In my last post, I discussed how a business owner or manager can make their message stand out from the crowd with compelling email subject lines, design, and copy. However, these tips only address half the battle. Even the most well-crafted email won’t resonate with the person on the receiving end if it’s completely off topic. So today, we’ll be tackling the importance of targeting the right audience with the right content.
You have my attention… Don’t drop the ball!
Your email is in direct competition with all the other marketers, family members and social networking vying for your readers’ attention. If you crafted a compelling subject line, you may be lucky enough to have had your email read. From there, it’s a matter of providing engaging and relevant content, an often overlooked element of email marketing.
For example, yesterday I received an email from a company about an event they’re hosting tomorrow in San Francisco. What’s the problem with them promoting their event to all their customers, you may ask? I live in NYC, and I’m not likely to travel across the country in 24 hours notice. Not only did they waste a customer touchpoint, they also gave me the impression that they don’t know anything about me. I’m not very likely to engage with their next email as a result.
Here are some tips to try and help you avoid similar missteps:
- Always provide value. Your email should contain content people want to read or something that will address their needs. As much as this might crush you, you need to hear this: People are not interested in your company. Take a moment if you need it. It will be okay. It’s not all gloom and doom, because while people aren’t interested in your company, they are actually interested in how your company can help them. This could be as simple as sharing an article they might find useful, or a promotional offer on a product or service they need. The key to providing value is to focus on the end user—not how great your company is.
- Segment your list as much as possible. You wouldn’t send an email with an offer for a Christmas sale in February, right? So why would you ever send an offer for free tickets to a client who lives 3,000 miles away? Both are equally useless and quick ways to lose credibility.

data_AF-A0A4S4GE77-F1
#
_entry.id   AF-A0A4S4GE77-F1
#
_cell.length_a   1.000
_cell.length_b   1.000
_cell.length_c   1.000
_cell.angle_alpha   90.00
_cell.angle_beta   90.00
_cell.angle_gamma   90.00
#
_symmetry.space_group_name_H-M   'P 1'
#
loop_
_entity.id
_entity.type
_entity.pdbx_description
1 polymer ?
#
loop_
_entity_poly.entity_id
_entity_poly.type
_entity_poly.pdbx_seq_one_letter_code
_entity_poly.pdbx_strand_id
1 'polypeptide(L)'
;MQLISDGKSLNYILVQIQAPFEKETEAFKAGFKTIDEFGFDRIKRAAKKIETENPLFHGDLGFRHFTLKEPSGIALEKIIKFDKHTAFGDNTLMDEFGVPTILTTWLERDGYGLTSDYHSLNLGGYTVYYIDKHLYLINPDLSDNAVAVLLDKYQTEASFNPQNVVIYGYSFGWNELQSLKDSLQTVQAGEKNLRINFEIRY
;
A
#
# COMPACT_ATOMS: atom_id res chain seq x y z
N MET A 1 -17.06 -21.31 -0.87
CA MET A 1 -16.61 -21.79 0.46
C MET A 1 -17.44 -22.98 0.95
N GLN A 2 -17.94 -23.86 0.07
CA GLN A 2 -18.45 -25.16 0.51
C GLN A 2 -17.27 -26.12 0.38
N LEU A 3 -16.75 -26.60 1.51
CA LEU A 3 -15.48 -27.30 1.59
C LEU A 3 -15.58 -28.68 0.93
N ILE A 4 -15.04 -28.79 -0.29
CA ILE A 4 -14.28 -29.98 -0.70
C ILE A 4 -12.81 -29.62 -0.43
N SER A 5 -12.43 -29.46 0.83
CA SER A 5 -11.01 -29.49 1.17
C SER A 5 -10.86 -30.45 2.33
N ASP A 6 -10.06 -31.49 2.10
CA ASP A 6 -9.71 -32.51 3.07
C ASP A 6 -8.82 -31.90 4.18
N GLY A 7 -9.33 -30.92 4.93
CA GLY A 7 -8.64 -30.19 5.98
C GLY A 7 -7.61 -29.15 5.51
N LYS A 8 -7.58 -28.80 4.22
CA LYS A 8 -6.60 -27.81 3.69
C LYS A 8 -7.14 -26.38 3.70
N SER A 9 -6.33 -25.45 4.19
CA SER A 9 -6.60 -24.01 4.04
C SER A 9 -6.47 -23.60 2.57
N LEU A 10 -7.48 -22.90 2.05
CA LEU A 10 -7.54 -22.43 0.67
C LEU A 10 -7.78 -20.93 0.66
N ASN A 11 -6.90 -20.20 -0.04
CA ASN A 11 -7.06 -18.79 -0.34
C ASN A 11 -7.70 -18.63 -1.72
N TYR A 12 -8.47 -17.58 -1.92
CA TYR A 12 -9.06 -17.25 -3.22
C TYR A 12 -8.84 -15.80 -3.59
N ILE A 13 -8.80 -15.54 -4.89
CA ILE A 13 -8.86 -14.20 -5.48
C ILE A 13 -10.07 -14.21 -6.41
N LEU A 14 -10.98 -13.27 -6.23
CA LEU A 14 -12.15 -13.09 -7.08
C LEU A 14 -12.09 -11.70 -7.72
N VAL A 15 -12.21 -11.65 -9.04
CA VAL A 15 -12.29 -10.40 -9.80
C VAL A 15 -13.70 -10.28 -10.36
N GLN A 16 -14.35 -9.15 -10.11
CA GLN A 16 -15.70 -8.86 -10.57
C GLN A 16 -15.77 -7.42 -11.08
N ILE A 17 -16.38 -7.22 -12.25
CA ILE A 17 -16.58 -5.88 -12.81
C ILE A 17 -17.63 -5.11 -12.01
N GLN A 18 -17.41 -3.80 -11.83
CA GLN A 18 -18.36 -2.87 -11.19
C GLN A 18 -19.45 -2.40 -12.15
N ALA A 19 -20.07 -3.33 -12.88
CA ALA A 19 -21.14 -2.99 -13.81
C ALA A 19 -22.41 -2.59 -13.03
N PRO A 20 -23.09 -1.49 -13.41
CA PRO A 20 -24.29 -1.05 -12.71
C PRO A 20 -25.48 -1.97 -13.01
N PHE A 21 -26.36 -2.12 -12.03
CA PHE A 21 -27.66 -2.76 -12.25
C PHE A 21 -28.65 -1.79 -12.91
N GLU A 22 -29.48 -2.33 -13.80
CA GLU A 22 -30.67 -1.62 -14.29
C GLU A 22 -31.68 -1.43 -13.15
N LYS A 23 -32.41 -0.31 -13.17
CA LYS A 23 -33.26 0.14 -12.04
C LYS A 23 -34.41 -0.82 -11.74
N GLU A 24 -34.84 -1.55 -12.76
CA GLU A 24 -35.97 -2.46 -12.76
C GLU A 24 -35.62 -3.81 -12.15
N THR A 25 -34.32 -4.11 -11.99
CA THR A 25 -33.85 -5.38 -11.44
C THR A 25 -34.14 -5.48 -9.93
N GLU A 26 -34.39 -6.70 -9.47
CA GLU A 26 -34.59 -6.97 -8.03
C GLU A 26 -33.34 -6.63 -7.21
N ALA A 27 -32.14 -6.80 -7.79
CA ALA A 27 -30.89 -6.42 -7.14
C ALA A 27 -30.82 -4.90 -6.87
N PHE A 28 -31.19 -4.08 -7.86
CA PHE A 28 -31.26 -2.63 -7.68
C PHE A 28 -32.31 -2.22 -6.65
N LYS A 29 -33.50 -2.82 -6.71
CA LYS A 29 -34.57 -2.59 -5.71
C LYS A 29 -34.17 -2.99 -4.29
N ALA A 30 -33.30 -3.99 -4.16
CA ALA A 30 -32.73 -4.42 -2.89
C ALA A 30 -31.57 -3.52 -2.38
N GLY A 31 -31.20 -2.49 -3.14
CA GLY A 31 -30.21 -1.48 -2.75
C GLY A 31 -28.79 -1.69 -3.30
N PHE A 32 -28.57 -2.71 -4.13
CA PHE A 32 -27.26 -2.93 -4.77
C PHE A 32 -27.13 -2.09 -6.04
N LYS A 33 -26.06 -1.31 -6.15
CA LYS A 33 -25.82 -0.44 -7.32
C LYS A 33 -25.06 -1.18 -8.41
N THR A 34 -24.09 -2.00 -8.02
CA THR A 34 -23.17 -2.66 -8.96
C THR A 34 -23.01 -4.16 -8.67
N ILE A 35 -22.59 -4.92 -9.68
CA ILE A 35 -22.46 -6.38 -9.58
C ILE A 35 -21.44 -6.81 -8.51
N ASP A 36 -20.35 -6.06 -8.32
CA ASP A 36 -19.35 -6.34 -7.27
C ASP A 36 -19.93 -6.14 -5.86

- Be relevant. Tying your content or offers into what’s trending in your industry is a great way to drive engagement. This is a lot easier than you might think. The web is littered with tools such as Google Trends and Twitter to track which topics are popular right now in your industry. Start using them and get creative in how you incorporate them into your emails.
- Align your content and goals. While it might seem like a no-brainer, business owners often develop emails that aren’t optimized to achieve the goal they want. For example, if you’re trying to drive people to book a new appointment, don’t also clutter the email up with other calls to action (e.g. requests to do stuff). Define what the goal of the email is up front and keep that as the absolute focus. Examine each element of the email and ask yourself if it’s helping drive people to reach this goal. If it isn’t, then remove it. Don’t expect to drive new appointments and also have people go read your latest article. Only a fraction of your readers will do either one, let alone both, so don’t dilute your message. This concept carries over to the imagery, tone and other immeasurables of the email as well.
I hope these tips will help you improve your results as you continue to use email marketing to grow your business. Stay tuned for our next email best practices article in November, when we’ll cover tips for collecting new email addresses.
About the Author
Adam Goyette leads the Demand Generation and Marketing Automation efforts at Booker. Prior to his time at Booker, Adam led the digital marketing efforts at several other growing tech companies such as JW Player and Cision. He is so passionate about start-up marketing he gave up his illustrious career delivering Chinese food for 4 years to follow his dream. He also likes photography and dogs.More Content by Adam Goyette